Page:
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Nothofagus solanderi - (Hook.f.)Oerst.

Common Name Black Beech
Family Fagaceae
USDA hardiness 7-10
Known Hazards None known
Habitats Lowland and montane forest between latitudes 38°s and 44°s on North and South Islands[44].
Range New Zealand.
Edibility Rating    (0 of 5)
Other Uses    (0 of 5)
Weed Potential No
Medicinal Rating    (0 of 5)
Care (info)
Frost Hardy Moist Soil Full sun
Nothofagus solanderi Black Beech


Nothofagus solanderi Black Beech

 

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Summary


Physical Characteristics

 icon of manicon of cone
Nothofagus solanderi is an evergreen Tree growing to 30 m (98ft 5in) at a fast rate.
It is hardy to zone (UK) 8. It is in leaf all year. The species is monoecious (individual flowers are either male or female, but both sexes can be found on the same plant) and is pollinated by Wind.
Suitable for: light (sandy), medium (loamy) and heavy (clay) soils and prefers well-drained soil. Suitable pH: acid and neutral soils. It cannot grow in the shade. It prefers moist soil.

UK Hardiness Map US Hardiness Map

Synonyms

Fagus solanderi.

Habitats

Woodland Garden Canopy;

Edible Uses

None known

References

Medicinal Uses

Plants For A Future can not take any responsibility for any adverse effects from the use of plants. Always seek advice from a professional before using a plant medicinally.


None known

References

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FOOD FOREST PLANTS

Other Uses

Wood

Wood - heavy, tough, strong, durable. Used for making bridges, gateposts etc[46, 61].

Special Uses

References

Cultivation details

Prefers an open well-drained loamy soil in a sunny position[1, 200]. Succeeds on most soils but dislikes calcareous soils[11]. Prefers a pH between 5 and 7 but dislikes acid peats[200]. This species is only hardy in the milder areas of Britain[1]. It is hardy and growing reasonably well at Crarae in western Scotland, though it is not as robust as the sub-species N. solanderi cliffortioides[191]. Trees have poor wind resistance in Britain, probably because they grow so fast[11]. Trees up to 4 metres tall can be successfully established, though the optimum size for transplanting is about 30 - 80cm. The roots are very sensitive to desiccation and extreme care should be taken when transplanting them[200]. Plants in this genus are notably resistant to honey fungus[200].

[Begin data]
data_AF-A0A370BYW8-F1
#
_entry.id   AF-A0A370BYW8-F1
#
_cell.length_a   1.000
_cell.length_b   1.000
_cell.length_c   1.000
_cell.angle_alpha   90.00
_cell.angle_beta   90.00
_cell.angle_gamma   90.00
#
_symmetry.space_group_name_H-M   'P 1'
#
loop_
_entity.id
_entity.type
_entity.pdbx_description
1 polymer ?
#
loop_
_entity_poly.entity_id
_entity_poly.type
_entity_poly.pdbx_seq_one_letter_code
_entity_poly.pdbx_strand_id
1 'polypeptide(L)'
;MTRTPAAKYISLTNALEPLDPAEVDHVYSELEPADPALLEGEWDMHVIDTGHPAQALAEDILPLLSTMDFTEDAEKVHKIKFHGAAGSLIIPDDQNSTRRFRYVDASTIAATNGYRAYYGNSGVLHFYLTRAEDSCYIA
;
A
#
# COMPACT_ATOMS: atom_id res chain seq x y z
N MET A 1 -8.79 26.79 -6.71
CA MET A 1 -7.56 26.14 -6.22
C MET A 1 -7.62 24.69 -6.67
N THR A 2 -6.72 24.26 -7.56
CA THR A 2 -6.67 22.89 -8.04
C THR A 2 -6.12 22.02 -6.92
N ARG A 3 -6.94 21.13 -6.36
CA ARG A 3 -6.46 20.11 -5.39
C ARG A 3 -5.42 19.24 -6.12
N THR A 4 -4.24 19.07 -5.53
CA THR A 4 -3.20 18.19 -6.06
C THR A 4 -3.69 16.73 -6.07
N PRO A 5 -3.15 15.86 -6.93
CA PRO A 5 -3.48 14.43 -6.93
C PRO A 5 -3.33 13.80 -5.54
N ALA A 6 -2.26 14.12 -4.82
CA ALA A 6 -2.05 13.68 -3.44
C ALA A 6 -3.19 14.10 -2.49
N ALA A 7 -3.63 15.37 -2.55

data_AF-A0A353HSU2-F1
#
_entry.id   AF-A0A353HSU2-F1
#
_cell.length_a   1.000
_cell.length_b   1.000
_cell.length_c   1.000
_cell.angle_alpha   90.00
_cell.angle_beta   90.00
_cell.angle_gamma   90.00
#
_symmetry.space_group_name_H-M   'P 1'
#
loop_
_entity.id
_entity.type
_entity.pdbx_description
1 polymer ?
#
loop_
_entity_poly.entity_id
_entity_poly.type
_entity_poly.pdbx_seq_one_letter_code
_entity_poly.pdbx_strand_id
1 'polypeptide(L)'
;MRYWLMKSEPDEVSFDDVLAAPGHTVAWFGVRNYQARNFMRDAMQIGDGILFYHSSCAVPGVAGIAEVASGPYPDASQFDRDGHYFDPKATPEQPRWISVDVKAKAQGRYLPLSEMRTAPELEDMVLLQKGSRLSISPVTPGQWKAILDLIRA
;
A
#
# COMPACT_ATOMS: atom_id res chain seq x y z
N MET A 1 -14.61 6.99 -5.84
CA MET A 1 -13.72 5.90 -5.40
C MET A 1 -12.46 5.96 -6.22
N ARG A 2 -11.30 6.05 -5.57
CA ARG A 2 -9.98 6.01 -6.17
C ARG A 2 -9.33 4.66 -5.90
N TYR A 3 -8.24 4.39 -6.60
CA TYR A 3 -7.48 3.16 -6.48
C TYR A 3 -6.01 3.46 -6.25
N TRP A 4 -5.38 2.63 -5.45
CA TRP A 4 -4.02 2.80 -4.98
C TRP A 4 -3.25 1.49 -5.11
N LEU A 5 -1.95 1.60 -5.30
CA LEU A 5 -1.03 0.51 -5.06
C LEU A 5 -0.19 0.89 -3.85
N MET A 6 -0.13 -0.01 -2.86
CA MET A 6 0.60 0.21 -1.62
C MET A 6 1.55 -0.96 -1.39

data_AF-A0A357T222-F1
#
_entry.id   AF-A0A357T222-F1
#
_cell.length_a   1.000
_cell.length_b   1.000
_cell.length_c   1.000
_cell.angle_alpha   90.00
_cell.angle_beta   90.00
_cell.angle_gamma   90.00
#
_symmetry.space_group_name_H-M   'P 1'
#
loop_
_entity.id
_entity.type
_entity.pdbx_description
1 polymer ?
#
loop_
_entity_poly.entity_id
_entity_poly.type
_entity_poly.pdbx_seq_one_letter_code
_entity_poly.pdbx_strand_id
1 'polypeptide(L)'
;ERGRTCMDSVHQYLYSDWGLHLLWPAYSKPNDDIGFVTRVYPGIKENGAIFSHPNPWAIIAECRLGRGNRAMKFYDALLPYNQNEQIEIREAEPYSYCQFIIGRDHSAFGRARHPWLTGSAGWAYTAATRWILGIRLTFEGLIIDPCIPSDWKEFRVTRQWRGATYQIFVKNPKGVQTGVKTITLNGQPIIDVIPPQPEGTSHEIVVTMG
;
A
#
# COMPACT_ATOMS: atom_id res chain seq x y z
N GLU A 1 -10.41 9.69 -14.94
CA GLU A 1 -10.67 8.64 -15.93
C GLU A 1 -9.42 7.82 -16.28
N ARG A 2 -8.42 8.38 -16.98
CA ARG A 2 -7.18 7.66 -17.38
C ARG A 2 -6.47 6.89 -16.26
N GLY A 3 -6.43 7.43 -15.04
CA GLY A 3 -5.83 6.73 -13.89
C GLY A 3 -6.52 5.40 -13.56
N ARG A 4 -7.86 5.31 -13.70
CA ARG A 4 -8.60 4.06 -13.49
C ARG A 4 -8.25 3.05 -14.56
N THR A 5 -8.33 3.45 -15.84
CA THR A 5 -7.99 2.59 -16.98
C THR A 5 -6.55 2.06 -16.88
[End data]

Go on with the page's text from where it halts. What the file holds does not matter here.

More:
References

Temperature Converter

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Propagation

The seed is best sown as soon as it is ripe in a cool greenhouse or cold frame. Spring-sown seed requires 2 - 3 months stratification at 1 - 5°c[200]. When they are large enough to handle, prick the seedlings out into individual pots and grow them on in a lightly shaded position in the cold frame for at least their first winter. Plant them out into their permanent positions in late spring or early summer, after the last expected frosts. The seed must not be allowed to dry out according to one report[80] whilst another says that the seed can be stored dry at 2°c for long periods[200]. Cuttings of half-ripe wood, 6 - 10cm with a heel, July/August in a frame[78]. Layering.

Other Names

If available other names are mentioned here

Found In

Countries where the plant has been found are listed here if the information is available

Weed Potential

Right plant wrong place. We are currently updating this section. Please note that a plant may be invasive in one area but may not in your area so it’s worth checking.

Conservation Status

IUCN Red List of Threatened Plants Status :

Related Plants
Latin NameCommon NameHabitHeightHardinessGrowthSoilShadeMoistureEdibleMedicinalOther
Nothofagus betuloides Tree20.0 6-9 FLMHNM00 
Nothofagus cunninghamiiMyrtle BeechTree55.0 8-11 FLMHNM00 
Nothofagus fuscaRed BeechTree35.0 8-11 FLMHNM00 
Nothofagus menziesiiSilver BeechTree20.0 8-11 FLMHNM00 
Nothofagus obliquaRoblé, Roble beechTree20.0 6-9 FLMHNM00 
Nothofagus proceraRauliTree20.0 6-9 FLMHNM00 
Nothofagus pumilioLengaTree40.0 6-9 MLMHNM10 
Nothofagus solanderi cliffortioidesMountain BeechTree30.0 7-10 FLMHNM00 

Growth: S = slow M = medium F = fast. Soil: L = light (sandy) M = medium H = heavy (clay). pH: A = acid N = neutral B = basic (alkaline). Shade: F = full shade S = semi-shade N = no shade. Moisture: D = dry M = Moist We = wet Wa = water.

 

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Author

(Hook.f.)Oerst.

Botanical References

1144200

Links / References

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